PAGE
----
Acts of workplace retaliation can not only affect work environments, but also careers. Victims of these hostile acts have recourse in the form of lawsuits against the company that allowed the illegal tactics to continue.
When it comes to plaintiff employees alleging workplace retaliation in trials, jurors can relate more to the employees. In numerous cases, that level of empathy could result in ruling against employers and their acts of retribution.
Employers and their attorneys understand these tendencies and the stakes involved in workplace retaliation claims that involve:
Adverse decisions not only damage their reputations, but also affect their bottom lines.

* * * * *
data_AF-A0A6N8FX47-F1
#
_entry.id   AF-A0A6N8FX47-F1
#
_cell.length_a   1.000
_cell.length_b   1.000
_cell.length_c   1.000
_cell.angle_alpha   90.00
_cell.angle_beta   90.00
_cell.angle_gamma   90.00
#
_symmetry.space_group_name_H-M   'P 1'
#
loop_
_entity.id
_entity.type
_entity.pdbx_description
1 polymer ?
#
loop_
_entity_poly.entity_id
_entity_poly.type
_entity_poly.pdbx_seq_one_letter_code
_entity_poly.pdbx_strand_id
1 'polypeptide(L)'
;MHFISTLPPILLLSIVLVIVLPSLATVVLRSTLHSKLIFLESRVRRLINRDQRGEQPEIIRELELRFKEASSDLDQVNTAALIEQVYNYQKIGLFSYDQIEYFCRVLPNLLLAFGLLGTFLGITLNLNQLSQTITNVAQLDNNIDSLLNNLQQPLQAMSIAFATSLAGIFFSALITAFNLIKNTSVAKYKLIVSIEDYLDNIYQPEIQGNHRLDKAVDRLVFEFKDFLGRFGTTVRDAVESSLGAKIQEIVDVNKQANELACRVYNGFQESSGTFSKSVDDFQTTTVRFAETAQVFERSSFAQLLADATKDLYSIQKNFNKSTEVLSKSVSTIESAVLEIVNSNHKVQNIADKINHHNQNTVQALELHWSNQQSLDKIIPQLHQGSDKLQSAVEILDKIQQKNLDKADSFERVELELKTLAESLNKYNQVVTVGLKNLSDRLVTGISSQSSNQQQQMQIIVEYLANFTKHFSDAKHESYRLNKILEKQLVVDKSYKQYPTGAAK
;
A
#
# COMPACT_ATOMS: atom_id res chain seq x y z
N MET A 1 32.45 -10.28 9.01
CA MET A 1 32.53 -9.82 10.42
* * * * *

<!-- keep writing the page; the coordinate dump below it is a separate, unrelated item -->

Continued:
In addition to slight advantages plaintiffs enjoy, lawsuit verdicts have awarded significant financial damages to employees. A recent decision by the Fair Labor Standards Act (FLSA) to add emotional distress damages could significantly increase the “price tag” employers will face in lawsuits alleging retaliatory acts.
In addition to that FLSA ruling, the traditionally pro-business 5th Circuit Court of Appeals joined the 6th and 7th circuits to hold that emotional distress damages without caps can be part of FLSA retaliation claims.
Employers continue to fine-tune their proactive strategies in preventing these costly claims. Many workplaces are ramping up anti-retaliation training to put a stop to these practices before they even start.
Yet, in spite of those efforts, employees continue to be victimized by vengeful employers for doing the right thing or taking the time necessary to attend to important issues.